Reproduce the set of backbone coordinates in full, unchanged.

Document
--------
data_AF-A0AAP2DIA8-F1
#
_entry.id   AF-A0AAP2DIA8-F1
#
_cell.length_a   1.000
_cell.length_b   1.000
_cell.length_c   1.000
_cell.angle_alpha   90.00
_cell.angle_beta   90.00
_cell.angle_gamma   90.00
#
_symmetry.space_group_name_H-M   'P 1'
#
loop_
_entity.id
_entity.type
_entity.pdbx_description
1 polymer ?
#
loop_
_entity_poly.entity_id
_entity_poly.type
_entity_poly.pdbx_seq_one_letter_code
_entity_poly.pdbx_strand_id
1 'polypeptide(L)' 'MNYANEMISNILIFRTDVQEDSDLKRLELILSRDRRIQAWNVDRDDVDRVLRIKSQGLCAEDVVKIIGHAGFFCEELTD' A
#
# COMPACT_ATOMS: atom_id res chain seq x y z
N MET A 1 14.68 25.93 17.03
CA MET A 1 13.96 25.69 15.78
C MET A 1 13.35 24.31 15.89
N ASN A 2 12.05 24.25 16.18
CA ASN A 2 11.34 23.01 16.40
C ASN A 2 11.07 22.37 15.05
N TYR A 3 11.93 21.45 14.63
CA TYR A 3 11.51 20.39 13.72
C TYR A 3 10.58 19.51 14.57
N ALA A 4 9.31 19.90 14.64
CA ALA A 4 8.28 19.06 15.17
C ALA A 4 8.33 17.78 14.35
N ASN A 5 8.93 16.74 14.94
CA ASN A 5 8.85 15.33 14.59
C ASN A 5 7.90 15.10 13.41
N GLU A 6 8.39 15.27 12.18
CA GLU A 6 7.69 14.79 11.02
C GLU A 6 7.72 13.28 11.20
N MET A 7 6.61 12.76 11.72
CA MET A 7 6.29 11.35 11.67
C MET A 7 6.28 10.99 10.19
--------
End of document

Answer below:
data_AF-A0AAP2DIA8-F1
#
_entry.id   AF-A0AAP2DIA8-F1
#
_cell.length_a   1.000
_cell.length_b   1.000
_cell.length_c   1.000
_cell.angle_alpha   90.00
_cell.angle_beta   90.00
_cell.angle_gamma   90.00
#
_symmetry.space_group_name_H-M   'P 1'
#
loop_
_entity.id
_entity.type
_entity.pdbx_description
1 polymer ?
#
loop_
_entity_poly.entity_id
_entity_poly.type
_entity_poly.pdbx_seq_one_letter_code
_entity_poly.pdbx_strand_id
1 'polypeptide(L)' 'MNYANEMISNILIFRTDVQEDSDLKRLELILSRDRRIQAWNVDRDDVDRVLRIKSQGLCAEDVVKIIGHAGFFCEELTD' A
#
# COMPACT_ATOMS: atom_id res chain seq x y z
N MET A 1 14.68 25.93 17.03
CA MET A 1 13.96 25.69 15.78
C MET A 1 13.35 24.31 15.89
N ASN A 2 12.05 24.25 16.18
CA ASN A 2 11.34 23.01 16.40
C ASN A 2 11.07 22.37 15.05
N TYR A 3 11.93 21.45 14.63
CA TYR A 3 11.51 20.39 13.72
C TYR A 3 10.58 19.51 14.57
N ALA A 4 9.31 19.90 14.64
CA ALA A 4 8.28 19.06 15.17
C ALA A 4 8.33 17.78 14.35
N ASN A 5 8.93 16.74 14.94
CA ASN A 5 8.85 15.33 14.59
C ASN A 5 7.90 15.10 13.41
N GLU A 6 8.39 15.27 12.18
CA GLU A 6 7.69 14.79 11.02
C GLU A 6 7.72 13.28 11.20
N MET A 7 6.61 12.76 11.72
CA MET A 7 6.29 11.35 11.67
C MET A 7 6.28 10.99 10.19